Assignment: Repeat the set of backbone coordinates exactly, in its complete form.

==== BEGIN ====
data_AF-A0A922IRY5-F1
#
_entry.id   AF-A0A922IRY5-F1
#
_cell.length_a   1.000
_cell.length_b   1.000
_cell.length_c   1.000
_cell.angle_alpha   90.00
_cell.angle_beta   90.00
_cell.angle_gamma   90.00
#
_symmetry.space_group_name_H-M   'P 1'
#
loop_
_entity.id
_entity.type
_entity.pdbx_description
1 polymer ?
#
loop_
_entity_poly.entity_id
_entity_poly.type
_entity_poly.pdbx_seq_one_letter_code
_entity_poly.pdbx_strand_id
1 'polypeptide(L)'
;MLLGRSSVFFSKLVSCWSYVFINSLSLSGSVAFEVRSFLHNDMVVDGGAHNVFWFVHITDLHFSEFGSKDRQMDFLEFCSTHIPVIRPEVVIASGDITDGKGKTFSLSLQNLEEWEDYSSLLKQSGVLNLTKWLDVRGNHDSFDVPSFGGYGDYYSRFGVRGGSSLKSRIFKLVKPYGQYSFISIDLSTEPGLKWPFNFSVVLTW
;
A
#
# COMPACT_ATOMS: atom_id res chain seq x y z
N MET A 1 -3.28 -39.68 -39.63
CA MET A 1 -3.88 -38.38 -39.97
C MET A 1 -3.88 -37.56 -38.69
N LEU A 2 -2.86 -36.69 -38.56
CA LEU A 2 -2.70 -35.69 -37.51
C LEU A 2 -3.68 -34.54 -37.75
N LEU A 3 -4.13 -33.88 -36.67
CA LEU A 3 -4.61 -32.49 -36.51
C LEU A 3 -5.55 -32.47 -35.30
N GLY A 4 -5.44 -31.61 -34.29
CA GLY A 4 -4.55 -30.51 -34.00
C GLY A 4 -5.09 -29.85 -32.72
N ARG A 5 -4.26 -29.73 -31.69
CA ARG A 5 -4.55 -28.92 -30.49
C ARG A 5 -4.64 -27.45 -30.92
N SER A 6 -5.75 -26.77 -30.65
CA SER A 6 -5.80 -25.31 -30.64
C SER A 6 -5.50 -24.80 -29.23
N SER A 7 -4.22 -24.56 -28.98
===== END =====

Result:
data_AF-A0A922IRY5-F1
#
_entry.id   AF-A0A922IRY5-F1
#
_cell.length_a   1.000
_cell.length_b   1.000
_cell.length_c   1.000
_cell.angle_alpha   90.00
_cell.angle_beta   90.00
_cell.angle_gamma   90.00
#
_symmetry.space_group_name_H-M   'P 1'
#
loop_
_entity.id
_entity.type
_entity.pdbx_description
1 polymer ?
#
loop_
_entity_poly.entity_id
_entity_poly.type
_entity_poly.pdbx_seq_one_letter_code
_entity_poly.pdbx_strand_id
1 'polypeptide(L)'
;MLLGRSSVFFSKLVSCWSYVFINSLSLSGSVAFEVRSFLHNDMVVDGGAHNVFWFVHITDLHFSEFGSKDRQMDFLEFCSTHIPVIRPEVVIASGDITDGKGKTFSLSLQNLEEWEDYSSLLKQSGVLNLTKWLDVRGNHDSFDVPSFGGYGDYYSRFGVRGGSSLKSRIFKLVKPYGQYSFISIDLSTEPGLKWPFNFSVVLTW
;
A
#
# COMPACT_ATOMS: atom_id res chain seq x y z
N MET A 1 -3.28 -39.68 -39.63
CA MET A 1 -3.88 -38.38 -39.97
C MET A 1 -3.88 -37.56 -38.69
N LEU A 2 -2.86 -36.69 -38.56
CA LEU A 2 -2.70 -35.69 -37.51
C LEU A 2 -3.68 -34.54 -37.75
N LEU A 3 -4.13 -33.88 -36.67
CA LEU A 3 -4.61 -32.49 -36.51
C LEU A 3 -5.55 -32.47 -35.30
N GLY A 4 -5.44 -31.61 -34.29
CA GLY A 4 -4.55 -30.51 -34.00
C GLY A 4 -5.09 -29.85 -32.72
N ARG A 5 -4.26 -29.73 -31.69
CA ARG A 5 -4.55 -28.92 -30.49
C ARG A 5 -4.64 -27.45 -30.92
N SER A 6 -5.75 -26.77 -30.65
CA SER A 6 -5.80 -25.31 -30.64
C SER A 6 -5.50 -24.80 -29.23
N SER A 7 -4.22 -24.56 -28.98